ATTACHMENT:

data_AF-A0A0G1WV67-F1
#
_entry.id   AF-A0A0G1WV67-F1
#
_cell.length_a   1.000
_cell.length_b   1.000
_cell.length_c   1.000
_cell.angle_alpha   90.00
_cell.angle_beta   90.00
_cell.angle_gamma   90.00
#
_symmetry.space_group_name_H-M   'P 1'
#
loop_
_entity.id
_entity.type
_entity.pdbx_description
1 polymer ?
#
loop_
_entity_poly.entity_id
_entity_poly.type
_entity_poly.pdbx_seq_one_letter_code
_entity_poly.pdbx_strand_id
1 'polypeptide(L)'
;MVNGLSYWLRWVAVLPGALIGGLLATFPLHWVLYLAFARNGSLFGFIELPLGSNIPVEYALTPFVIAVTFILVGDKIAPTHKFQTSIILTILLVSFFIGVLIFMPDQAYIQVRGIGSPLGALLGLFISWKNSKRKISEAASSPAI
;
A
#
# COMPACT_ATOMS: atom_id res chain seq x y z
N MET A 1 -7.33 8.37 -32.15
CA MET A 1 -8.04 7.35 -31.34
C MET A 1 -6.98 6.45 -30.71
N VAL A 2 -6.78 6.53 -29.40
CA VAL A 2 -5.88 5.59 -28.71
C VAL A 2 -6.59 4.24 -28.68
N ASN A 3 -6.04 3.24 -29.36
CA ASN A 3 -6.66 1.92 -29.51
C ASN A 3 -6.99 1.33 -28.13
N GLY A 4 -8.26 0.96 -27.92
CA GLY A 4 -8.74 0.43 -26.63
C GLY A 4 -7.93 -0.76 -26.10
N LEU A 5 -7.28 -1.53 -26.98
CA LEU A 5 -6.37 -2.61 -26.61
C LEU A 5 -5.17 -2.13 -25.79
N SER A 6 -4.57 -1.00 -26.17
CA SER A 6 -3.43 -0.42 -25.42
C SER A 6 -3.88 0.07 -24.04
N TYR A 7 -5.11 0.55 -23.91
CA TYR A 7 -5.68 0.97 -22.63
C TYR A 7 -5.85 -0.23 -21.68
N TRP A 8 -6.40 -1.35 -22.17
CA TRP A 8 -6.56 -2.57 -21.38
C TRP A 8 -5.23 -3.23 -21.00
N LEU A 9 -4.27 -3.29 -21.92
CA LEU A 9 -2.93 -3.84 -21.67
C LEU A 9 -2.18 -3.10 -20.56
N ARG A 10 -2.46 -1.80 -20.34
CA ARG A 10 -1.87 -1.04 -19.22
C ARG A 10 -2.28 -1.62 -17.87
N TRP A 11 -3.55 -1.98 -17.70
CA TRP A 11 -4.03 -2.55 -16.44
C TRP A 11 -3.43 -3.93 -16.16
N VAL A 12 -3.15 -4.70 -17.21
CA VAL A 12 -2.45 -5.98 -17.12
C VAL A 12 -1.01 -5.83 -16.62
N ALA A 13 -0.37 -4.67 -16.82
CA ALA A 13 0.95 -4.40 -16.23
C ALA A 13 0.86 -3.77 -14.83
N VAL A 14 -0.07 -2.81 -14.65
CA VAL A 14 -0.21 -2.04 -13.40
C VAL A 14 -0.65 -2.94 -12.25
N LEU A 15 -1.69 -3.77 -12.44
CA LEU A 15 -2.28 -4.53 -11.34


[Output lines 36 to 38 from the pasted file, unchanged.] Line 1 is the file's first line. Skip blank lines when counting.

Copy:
C VAL A 2 -6.59 4.24 -28.68
N ASN A 3 -6.04 3.24 -29.36
CA ASN A 3 -6.66 1.92 -29.51